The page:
According to the complaint, Risqué Video, Inc. (“RVI”) has been in the business of renting and selling adult videos and related merchandise to the public for approximately 20 years through its Risqué Video retail stores. RVI operates four stores throughout Pennsylvania and licenses the use of the Risqué Video name to Top Ten Video, Inc. which operates three stores in New Jersey.
RVI applied to register the RISQUE VIDEO (and Design) mark (pictured above) on May 30, 2002 (claiming first use in commerce back to January 11, 1987) and obtained a registration on October 12, 2004 (for retail stores services featuring video tapes and rental of videocassettes). RVI also operates its business through its website www.risquevideo.com and www.risqueempire.com.
According to the complaint, Gary Koobrick, the owner of two New Jersey stores renting and selling adult videos and related merchandise (Super Video Plus and Super Video Plus of Blackwood) is using the word RISQUE as a trademark to advertise his goods and services both in his stores and on his website – supervideo.formovies.com.
The complaint sets forth the typical allegations of mark similarity, intentional bad faith use, direct competition, similar marketing channels, etc. The causes of action set forth are 1) federal mark infringement under Section 32 of the Lanham Act (15 U.S.C. §1117), 2) false designation of origin under Section 43(a) of the Lanham Act (15 U.S.C. §1125(a)), 3) trademark dilution under Section 43(c) of the Lanham Act (15 U.S.C. §1125(c)), 4) state trademark infringement (54 Pa. Cons. Stat. §1126) and common law trademark infringement, 5) state trademark dilution (54 Pa. Cons. Stat. §1124), and 6) common law unfair competition. RVI is seeking injunctive relief, damages, treble damages, costs, and attorney’s fees.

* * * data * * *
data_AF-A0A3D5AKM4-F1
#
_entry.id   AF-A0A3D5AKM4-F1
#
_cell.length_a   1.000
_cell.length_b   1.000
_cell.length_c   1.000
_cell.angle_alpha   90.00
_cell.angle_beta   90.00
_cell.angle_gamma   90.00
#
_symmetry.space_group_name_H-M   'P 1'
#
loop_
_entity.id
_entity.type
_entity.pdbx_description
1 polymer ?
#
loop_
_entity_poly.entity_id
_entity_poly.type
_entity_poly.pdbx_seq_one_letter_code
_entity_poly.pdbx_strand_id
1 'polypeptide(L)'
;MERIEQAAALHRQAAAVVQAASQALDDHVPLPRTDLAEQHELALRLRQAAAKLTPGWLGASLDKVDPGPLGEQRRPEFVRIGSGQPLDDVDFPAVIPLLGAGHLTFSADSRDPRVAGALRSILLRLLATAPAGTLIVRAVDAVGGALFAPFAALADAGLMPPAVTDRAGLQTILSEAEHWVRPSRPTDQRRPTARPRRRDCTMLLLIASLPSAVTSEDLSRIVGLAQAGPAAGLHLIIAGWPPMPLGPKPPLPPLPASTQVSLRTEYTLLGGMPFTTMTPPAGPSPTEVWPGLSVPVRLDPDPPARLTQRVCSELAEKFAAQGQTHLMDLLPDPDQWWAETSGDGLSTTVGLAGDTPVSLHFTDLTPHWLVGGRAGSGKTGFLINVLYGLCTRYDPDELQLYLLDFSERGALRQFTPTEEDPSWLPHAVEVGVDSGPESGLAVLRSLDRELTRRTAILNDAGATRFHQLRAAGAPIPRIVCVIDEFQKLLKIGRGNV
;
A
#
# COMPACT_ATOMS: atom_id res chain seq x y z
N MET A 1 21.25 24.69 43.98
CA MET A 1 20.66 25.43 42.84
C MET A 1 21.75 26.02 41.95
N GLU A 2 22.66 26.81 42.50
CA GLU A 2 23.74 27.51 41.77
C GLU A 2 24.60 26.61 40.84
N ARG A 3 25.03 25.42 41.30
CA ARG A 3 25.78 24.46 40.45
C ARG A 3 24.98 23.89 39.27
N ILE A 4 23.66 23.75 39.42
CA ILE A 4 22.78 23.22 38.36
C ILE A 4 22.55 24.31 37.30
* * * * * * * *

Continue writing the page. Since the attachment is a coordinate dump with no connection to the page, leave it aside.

What is noticeably missing from the complaint, however, is any specific evidence regarding actual advertisements showing Koobrick’s allegedly infringing use of RVI’s mark. Granted, RVI does not have to set forth such evidence in its complaint in order to maintain a complaint against Koobrick (notice pleading and all), but it is a little suspicious. A visit to Koobrick’s website (including the adult site) did not reveal any “risqué” use of the word RISQUE. There was a reference to “RISQUE GIFTS” but this could not possibly be the basis for RVI’s complaint for trademark infringement. Furthermore, if Koobrick’s use of the word “Risqué” in connection with adult videotapes was more in the descriptive sense of the word (describing the videotapes as “risqué”), rather than as a service mark for video retail stores services, RVI may be hard pressed to maintain a viable argument for source confusion.